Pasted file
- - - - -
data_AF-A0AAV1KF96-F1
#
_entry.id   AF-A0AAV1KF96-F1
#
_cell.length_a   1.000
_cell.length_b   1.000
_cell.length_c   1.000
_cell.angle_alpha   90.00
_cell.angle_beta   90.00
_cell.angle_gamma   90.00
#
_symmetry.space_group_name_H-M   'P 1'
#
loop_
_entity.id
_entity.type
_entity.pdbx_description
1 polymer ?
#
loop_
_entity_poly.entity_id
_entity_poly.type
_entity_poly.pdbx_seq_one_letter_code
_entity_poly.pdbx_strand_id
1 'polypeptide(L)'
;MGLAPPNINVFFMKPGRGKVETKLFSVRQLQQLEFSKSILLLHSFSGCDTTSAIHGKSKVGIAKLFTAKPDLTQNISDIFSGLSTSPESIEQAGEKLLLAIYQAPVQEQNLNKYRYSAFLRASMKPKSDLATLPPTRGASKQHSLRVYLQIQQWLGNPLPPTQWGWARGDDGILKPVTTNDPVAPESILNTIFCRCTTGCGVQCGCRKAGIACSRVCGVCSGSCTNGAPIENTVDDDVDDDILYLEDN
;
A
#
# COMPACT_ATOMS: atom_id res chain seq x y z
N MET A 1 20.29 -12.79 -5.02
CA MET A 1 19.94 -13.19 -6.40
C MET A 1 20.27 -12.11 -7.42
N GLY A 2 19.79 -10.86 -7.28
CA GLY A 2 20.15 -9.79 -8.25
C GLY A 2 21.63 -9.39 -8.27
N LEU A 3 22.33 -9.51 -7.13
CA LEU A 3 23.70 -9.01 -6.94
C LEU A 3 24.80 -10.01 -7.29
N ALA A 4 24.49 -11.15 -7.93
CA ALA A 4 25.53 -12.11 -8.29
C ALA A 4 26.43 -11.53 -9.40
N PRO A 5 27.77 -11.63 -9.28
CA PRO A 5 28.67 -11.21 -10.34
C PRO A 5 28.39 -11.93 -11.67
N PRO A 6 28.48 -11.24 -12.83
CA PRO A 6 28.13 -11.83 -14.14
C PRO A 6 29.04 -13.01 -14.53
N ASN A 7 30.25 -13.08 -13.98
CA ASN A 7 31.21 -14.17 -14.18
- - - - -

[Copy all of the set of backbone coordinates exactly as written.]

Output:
data_AF-A0AAV1KF96-F1
#
_entry.id   AF-A0AAV1KF96-F1
#
_cell.length_a   1.000
_cell.length_b   1.000
_cell.length_c   1.000
_cell.angle_alpha   90.00
_cell.angle_beta   90.00
_cell.angle_gamma   90.00
#
_symmetry.space_group_name_H-M   'P 1'
#
loop_
_entity.id
_entity.type
_entity.pdbx_description
1 polymer ?
#
loop_
_entity_poly.entity_id
_entity_poly.type
_entity_poly.pdbx_seq_one_letter_code
_entity_poly.pdbx_strand_id
1 'polypeptide(L)'
;MGLAPPNINVFFMKPGRGKVETKLFSVRQLQQLEFSKSILLLHSFSGCDTTSAIHGKSKVGIAKLFTAKPDLTQNISDIFSGLSTSPESIEQAGEKLLLAIYQAPVQEQNLNKYRYSAFLRASMKPKSDLATLPPTRGASKQHSLRVYLQIQQWLGNPLPPTQWGWARGDDGILKPVTTNDPVAPESILNTIFCRCTTGCGVQCGCRKAGIACSRVCGVCSGSCTNGAPIENTVDDDVDDDILYLEDN
;
A
#
# COMPACT_ATOMS: atom_id res chain seq x y z
N MET A 1 20.29 -12.79 -5.02
CA MET A 1 19.94 -13.19 -6.40
C MET A 1 20.27 -12.11 -7.42
N GLY A 2 19.79 -10.86 -7.28
CA GLY A 2 20.15 -9.79 -8.25
C GLY A 2 21.63 -9.39 -8.27
N LEU A 3 22.33 -9.51 -7.13
CA LEU A 3 23.70 -9.01 -6.94
C LEU A 3 24.80 -10.01 -7.29
N ALA A 4 24.49 -11.15 -7.93
CA ALA A 4 25.53 -12.11 -8.29
C ALA A 4 26.43 -11.53 -9.40
N PRO A 5 27.77 -11.63 -9.28
CA PRO A 5 28.67 -11.21 -10.34
C PRO A 5 28.39 -11.93 -11.67
N PRO A 6 28.48 -11.24 -12.83
CA PRO A 6 28.13 -11.83 -14.14
C PRO A 6 29.04 -13.01 -14.53
N ASN A 7 30.25 -13.08 -13.98
CA ASN A 7 31.21 -14.17 -14.18